In spite of its rich biodiversity, bird studies and conservation only started in Turkey in the early 1990s (Doga Dernegi, the BirdLife Partner in Turkey, began work there in 2002). But while some surveys were undertaken in smaller areas, the country as a whole was never covered. All that changed in 2014, when Turkey was invited to be a part of the second European Breeding Bird Atlas.

Over the next three years, in collaboration with the European Bird Census Council (EBCC), a group of Turkish birders will help to collect breeding bird information of representative squares (important areas will be marked in a grid so that all ground is covered systematically) in the country. This study will shed light on the distribution and abundance of breeding bird species and enable the improved bird conservation in the country.

Your help is needed to complete as many squares as possible in the coming years. Access to large parts of the country is still considered safe. If you are planning a birding holiday next spring to Turkey and are willing to contribute your data, or even better, spend three days to count one square, please contact the Turkish Atlas Team: e-mail

Birdfair breaks fundraising record in a bid to help migratory birds

Migratory birds have been handed a welcome boost by fundraising efforts from Birdfair 2015 after a cheque of £320,000 was today handed over to BirdLife International to help vulnerable migratory birds in the Eastern Mediterranean

Birdfair Co-Organiser, Tim Appleton, said: “I’m delighted that Birdfair 2015 has smashed the previous year’s fundraising record. A lot of hard work from organisers, volunteers, sponsors and attendee’s goes into this event, and we are proud to raise an enormous amount of money to support BirdLife Internationals work in the Eastern Mediterranean.

“The funds from the this year’s fair will be used to help BirdLife’s work on migratory birds, to prevent the illegal killing in the East Mediterranean", said Patricia Zurita, BirdLife International's CEO. "Bringing the death toll down from 25 million to 0 is a big challenge, but only with strong partnerships like the one BirdLife has with the BirdFair we can make it more possible”.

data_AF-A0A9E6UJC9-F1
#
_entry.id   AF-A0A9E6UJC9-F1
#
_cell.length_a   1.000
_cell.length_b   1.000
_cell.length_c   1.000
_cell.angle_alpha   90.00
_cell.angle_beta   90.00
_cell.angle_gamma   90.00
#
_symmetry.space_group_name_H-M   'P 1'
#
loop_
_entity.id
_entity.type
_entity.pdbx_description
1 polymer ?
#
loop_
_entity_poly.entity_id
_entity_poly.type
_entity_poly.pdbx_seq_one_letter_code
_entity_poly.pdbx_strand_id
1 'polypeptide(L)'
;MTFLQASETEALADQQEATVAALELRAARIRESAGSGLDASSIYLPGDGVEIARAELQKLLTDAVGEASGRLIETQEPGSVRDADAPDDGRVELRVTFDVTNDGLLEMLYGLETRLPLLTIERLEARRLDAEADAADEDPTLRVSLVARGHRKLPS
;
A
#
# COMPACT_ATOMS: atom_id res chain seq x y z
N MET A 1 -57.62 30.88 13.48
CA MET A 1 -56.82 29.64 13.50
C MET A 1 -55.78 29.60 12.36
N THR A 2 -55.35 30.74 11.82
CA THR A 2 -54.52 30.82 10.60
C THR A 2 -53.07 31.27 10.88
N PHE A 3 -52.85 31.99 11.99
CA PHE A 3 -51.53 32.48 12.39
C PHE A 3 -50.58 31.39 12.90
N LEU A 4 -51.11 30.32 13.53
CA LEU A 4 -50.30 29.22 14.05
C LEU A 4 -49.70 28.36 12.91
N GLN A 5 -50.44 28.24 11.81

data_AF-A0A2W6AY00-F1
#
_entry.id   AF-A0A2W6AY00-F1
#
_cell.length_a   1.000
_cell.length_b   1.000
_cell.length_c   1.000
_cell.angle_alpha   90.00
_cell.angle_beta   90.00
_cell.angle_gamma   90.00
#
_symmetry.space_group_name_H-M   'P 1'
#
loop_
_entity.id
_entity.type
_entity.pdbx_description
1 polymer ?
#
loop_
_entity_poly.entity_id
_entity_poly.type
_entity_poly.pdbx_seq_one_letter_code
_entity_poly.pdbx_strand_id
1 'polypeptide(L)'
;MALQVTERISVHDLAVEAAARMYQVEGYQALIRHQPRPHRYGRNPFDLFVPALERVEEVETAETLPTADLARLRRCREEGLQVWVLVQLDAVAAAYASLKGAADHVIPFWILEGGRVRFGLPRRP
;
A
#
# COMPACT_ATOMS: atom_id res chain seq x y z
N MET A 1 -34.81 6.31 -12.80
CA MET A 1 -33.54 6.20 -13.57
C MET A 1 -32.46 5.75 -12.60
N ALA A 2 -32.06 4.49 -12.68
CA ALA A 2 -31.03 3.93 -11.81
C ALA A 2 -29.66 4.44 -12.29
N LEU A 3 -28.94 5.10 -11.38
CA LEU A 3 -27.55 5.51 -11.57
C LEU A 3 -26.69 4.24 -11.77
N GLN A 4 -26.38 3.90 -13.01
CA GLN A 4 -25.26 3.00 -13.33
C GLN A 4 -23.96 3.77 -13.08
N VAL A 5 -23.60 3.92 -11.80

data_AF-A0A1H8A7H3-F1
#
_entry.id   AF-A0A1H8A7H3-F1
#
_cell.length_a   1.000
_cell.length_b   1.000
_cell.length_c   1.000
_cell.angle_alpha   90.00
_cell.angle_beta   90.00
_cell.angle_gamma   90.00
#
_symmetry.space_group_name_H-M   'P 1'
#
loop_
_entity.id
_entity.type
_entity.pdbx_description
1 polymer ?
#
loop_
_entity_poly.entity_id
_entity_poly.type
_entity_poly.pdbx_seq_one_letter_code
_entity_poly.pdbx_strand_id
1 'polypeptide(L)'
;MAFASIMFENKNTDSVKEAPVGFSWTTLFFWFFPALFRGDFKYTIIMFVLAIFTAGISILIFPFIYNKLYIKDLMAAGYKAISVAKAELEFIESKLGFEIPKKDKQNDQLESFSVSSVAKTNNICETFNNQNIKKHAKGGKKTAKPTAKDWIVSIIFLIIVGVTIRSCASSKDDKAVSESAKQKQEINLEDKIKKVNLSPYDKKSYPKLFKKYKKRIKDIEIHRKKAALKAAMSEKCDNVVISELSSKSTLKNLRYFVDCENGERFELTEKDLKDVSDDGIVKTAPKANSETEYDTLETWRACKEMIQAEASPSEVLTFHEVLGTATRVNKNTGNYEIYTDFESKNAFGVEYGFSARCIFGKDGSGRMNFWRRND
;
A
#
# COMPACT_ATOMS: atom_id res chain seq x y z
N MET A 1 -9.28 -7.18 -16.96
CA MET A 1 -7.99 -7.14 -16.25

Hundreds of millions of migratory birds make their journey between Europe and Africa each year.
BirdLife International report shows that 25 million migratory birds illegally killed each year
More than 25 birds using flyway between Europe and Africa under threat of global extinction

The Eastern Mediterranean is used by hundreds of millions of migratory birds twice yearly on their migration between Europe and Africa, each spring and autumn. These birds face many threats on their epic journey including illegal killing, with a recent BirdLife International report revealing 25 million migratory birds are illegally killed each year.
The money raised will go towards a project aimed at reducing the scale and impact of illegal killing of migratory birds, and to improve protection and laws throughout the region.

“Birdfair will continue to support many more important conservation projects in the future and we’re delighted that in 2016 we will be raising funds to help save Important Bird Areas in Africa”, Tim Appleton explained.

"The success of the Birdfair shows that people really care about nature both in the UK and also abroad”, said Patrica Zurita. "BirdLife International is deeply grateful to the Birdfair organisers. Your support over the last 25 years has helped us strengthen our conservation results and your partnership through the last 25 years has meant we are able to improve the way we deliver safer habitats for birds, nature and people.”

Over the next three years, Birdfair will support BirdLife International’s project focusing on the world’s most endangered Important Bird and Biodiversity Areas (IBAs), and this year’s emphasis will be on saving IBAs in Africa. More than 12,000 IBAs have been identified to date and collectively they represent the largest global network of important sites for wildlife.

The British Birdwatching Fair is jointly organised by the Leicestershire & Rutland Wildlife Trust and the RSPB.

Birdfair encompasses the whole spectrum of the birdwatching industry whilst at the same time supporting global bird conservation. This year's event will be held at Rutland Water from 19-21 August.

The Birder's Market | Resource | Bird news for Britain / Rest of the World | World Bird News | World Bird News 2016 |  World Bird News February 2016